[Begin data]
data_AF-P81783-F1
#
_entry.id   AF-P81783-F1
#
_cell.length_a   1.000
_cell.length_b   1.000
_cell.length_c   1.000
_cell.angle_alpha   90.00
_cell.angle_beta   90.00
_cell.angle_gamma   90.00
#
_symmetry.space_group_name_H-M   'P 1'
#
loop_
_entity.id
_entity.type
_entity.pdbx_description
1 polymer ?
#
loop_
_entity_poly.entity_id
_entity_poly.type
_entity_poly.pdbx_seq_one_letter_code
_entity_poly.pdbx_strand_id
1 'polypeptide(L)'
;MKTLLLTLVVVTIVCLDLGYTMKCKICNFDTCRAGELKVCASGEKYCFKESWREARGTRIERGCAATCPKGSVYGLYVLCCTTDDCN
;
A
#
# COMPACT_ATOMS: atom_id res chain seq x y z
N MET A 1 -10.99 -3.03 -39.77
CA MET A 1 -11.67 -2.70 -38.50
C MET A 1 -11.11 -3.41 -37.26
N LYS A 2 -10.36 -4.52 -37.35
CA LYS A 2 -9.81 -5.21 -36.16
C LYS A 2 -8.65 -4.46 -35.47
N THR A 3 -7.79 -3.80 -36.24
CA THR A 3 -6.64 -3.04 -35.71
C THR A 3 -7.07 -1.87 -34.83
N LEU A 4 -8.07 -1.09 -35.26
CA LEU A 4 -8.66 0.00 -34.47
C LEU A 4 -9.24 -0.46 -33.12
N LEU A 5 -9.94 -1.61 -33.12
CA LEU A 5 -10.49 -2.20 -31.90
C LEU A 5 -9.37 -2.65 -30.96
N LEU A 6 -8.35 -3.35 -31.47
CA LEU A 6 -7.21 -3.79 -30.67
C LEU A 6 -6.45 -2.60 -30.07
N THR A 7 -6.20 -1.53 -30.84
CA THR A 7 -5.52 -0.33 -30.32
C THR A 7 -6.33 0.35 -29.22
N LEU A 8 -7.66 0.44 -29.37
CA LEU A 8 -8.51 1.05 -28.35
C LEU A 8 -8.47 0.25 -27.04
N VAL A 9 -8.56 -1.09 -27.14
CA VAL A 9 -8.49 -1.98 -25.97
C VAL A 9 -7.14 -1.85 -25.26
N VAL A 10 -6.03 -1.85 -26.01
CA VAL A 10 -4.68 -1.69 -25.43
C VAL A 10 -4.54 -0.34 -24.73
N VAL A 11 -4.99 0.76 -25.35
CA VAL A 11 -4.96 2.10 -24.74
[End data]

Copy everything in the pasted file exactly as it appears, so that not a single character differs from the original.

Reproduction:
data_AF-P81783-F1
#
_entry.id   AF-P81783-F1
#
_cell.length_a   1.000
_cell.length_b   1.000
_cell.length_c   1.000
_cell.angle_alpha   90.00
_cell.angle_beta   90.00
_cell.angle_gamma   90.00
#
_symmetry.space_group_name_H-M   'P 1'
#
loop_
_entity.id
_entity.type
_entity.pdbx_description
1 polymer ?
#
loop_
_entity_poly.entity_id
_entity_poly.type
_entity_poly.pdbx_seq_one_letter_code
_entity_poly.pdbx_strand_id
1 'polypeptide(L)'
;MKTLLLTLVVVTIVCLDLGYTMKCKICNFDTCRAGELKVCASGEKYCFKESWREARGTRIERGCAATCPKGSVYGLYVLCCTTDDCN
;
A
#
# COMPACT_ATOMS: atom_id res chain seq x y z
N MET A 1 -10.99 -3.03 -39.77
CA MET A 1 -11.67 -2.70 -38.50
C MET A 1 -11.11 -3.41 -37.26
N LYS A 2 -10.36 -4.52 -37.35
CA LYS A 2 -9.81 -5.21 -36.16
C LYS A 2 -8.65 -4.46 -35.47
N THR A 3 -7.79 -3.80 -36.24
CA THR A 3 -6.64 -3.04 -35.71
C THR A 3 -7.07 -1.87 -34.83
N LEU A 4 -8.07 -1.09 -35.26
CA LEU A 4 -8.66 0.00 -34.47
C LEU A 4 -9.24 -0.46 -33.12
N LEU A 5 -9.94 -1.61 -33.12
CA LEU A 5 -10.49 -2.20 -31.90
C LEU A 5 -9.37 -2.65 -30.96
N LEU A 6 -8.35 -3.35 -31.47
CA LEU A 6 -7.21 -3.79 -30.67
C LEU A 6 -6.45 -2.60 -30.07
N THR A 7 -6.20 -1.53 -30.84
CA THR A 7 -5.52 -0.33 -30.32
C THR A 7 -6.33 0.35 -29.22
N LEU A 8 -7.66 0.44 -29.37
CA LEU A 8 -8.51 1.05 -28.35
C LEU A 8 -8.47 0.25 -27.04
N VAL A 9 -8.56 -1.09 -27.14
CA VAL A 9 -8.49 -1.98 -25.97
C VAL A 9 -7.14 -1.85 -25.26
N VAL A 10 -6.03 -1.85 -26.01
CA VAL A 10 -4.68 -1.69 -25.43
C VAL A 10 -4.54 -0.34 -24.73
N VAL A 11 -4.99 0.76 -25.35
CA VAL A 11 -4.96 2.10 -24.74